Written by: Dennis Hopeless

Art by: Salvador Larroca, colour art by Frank D’Armata, lettered by Joe Sabino

For a book starring a cybernetic Liefeld creation raised in the future and a rag tag team of black-ops mutants, CABLE AND X-FORCE is a surprisingly character driven. The newest issue looks at a sensitive man, plagued with guilt, and a love that has defined him all his life – two fearless young women who refuse to be characterized by their genders alone – two brilliant eccentrics in a battle of ego, and of course, the title character, who may be set in the shadow of his father more than we initially thought.

Colossus is in jail, having turned himself in for his crimes against humanity when possessed by the Phoenix force. Unfortunately, that’s a crime he’ll never get convicted for, and instead is being blamed for an act of mutant terrorism, actually the X-force team saving the world and accidentally ending some human lives in the process. “This prison is much nicer than the one I have been carrying with me.” Piotr is resigned to his fate, until the gift of art supplies and a touching note is dropped off by the love of his life and current Iceman beau, Kitty Pryde. Hopeless wonderfully captures Kitty’s melancholic pride at Colossus attempting to better himself, to atone for the terrible things he’s done, including a disatrous Phoniex-possesed date, still fresh in her mind.

Domino, meanwhile, is on a mission to break into the Raft, with an assist from longtime ally, Boom-Boom, who’s introduction is as unforgettable and over the top as the character warrants. Domino has been the star of this series since the beginning, but with the introduction of Tabitha, Hopeless has an unforgetable pair on his hands. Domino’s fearless sexuality, drive and wit is a great counter to his characterization of Boom-Boom as a sophisticated frat-girl of sorts, in love with the fun of life but also bored by everything around her. Meanwhile, the boys are stealing a spaceship from a S.W.O.R.D, with the three unique personalities continuing to cause a lot of hilarious conflict – Nemesis getting a sick thrill and a serious ‘sciencegasm’ from robbing the largest extraterrestrial intelligence agency on Earth, Forge’s obsession with the surrounding technology and Cable’s Eastwoodesque gruffness.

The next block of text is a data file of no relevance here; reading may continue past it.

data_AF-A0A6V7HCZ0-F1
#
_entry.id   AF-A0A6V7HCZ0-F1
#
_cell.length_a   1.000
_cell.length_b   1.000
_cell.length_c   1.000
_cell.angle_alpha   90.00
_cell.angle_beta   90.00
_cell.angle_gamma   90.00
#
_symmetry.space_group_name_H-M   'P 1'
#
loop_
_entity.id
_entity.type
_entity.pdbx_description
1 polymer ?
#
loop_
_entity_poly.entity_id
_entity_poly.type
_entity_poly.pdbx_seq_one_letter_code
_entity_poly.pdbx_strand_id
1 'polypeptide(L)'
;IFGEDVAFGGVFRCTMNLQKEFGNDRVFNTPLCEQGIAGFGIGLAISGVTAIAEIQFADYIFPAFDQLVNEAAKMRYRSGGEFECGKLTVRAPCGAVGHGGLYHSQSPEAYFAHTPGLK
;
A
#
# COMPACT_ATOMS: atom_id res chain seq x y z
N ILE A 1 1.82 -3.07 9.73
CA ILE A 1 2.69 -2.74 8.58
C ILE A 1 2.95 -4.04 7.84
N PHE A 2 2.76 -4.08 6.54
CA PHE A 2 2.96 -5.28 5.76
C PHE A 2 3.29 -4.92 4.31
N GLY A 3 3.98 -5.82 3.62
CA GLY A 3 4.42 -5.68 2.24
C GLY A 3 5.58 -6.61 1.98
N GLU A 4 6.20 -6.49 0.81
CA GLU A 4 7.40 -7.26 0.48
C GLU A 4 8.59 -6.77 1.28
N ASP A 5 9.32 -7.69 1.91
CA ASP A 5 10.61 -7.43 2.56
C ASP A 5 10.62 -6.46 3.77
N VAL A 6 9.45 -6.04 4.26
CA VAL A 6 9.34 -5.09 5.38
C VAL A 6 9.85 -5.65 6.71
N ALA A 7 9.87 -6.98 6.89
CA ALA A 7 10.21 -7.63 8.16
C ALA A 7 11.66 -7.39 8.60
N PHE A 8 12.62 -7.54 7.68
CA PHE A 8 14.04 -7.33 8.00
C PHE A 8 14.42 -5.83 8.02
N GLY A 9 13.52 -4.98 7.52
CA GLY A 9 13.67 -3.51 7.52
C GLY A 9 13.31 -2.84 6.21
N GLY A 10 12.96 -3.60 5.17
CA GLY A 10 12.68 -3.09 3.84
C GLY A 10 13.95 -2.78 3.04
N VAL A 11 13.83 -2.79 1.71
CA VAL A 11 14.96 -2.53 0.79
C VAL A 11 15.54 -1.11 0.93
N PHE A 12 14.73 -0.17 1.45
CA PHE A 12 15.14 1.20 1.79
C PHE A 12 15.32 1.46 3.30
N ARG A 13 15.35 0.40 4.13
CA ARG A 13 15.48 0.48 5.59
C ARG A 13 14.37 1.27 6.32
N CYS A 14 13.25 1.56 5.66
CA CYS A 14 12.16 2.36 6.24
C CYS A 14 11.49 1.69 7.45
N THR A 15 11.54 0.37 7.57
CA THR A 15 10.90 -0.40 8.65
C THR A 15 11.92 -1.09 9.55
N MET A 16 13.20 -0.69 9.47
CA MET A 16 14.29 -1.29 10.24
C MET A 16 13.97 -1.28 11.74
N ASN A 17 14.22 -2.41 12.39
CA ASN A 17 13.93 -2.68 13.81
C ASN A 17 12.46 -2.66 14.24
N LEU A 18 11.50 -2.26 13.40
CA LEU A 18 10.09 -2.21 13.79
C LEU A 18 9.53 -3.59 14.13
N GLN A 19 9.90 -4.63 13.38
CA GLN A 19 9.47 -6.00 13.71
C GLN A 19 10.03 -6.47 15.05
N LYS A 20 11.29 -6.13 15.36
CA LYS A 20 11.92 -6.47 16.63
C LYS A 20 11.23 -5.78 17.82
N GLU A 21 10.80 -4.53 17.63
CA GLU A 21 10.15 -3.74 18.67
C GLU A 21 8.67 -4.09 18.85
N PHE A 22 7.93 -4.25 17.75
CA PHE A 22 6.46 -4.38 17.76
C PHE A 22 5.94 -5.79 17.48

D’Armata seems content to ease down the orange/green/grey colour scheme this issue, and the book looks a lot better for it. I’m not neccasirly against limited colour palettes, but they always seem to have that element of gimmickry, in the way that it can get tiresome to look at after a while. The bright blue sky of the open water Domino and Boom-Boom find themselves on, the strange sci-fi tone of S.W.O.R.D., even a bleak purple/blue for the prison scenes – the book has a more defined personality with this kind of variance. Though Larroca’s acting can be a bit stiff, he’s perfectly suited for this title in every other way – no one can sell a two-page spread of a spaceship quite like he can. He seems to have found his own pet character in Boom-Boom, too – her bubble-gum popping trek around the basement of S.W.O.R.D. is hilarious and memorable.

The issue ends with a number of shocking revelations, most importantly Cable coming face to face with his father, mutant revolutionary icon Scott Summers. I think a lot of Cable’s tense withholding comes from his issues with Cyclops, so it will be very interesting to see how this reveal plays out. In the end, CABLE AND X-FORCE is somehow a very low-key book about intergalactic heists, mutant arrest and others on the run – but that’s not a bad thing. Hopeless injects so much levity and great character moments into an action-packed plot that you may find yourself feeling surprised at the tone the book reaches. But it’s still a great comic, and if you find more pathos in an action-heist book than expected, that’s not a bad thing.

Score: 8.0

Erik Robinson


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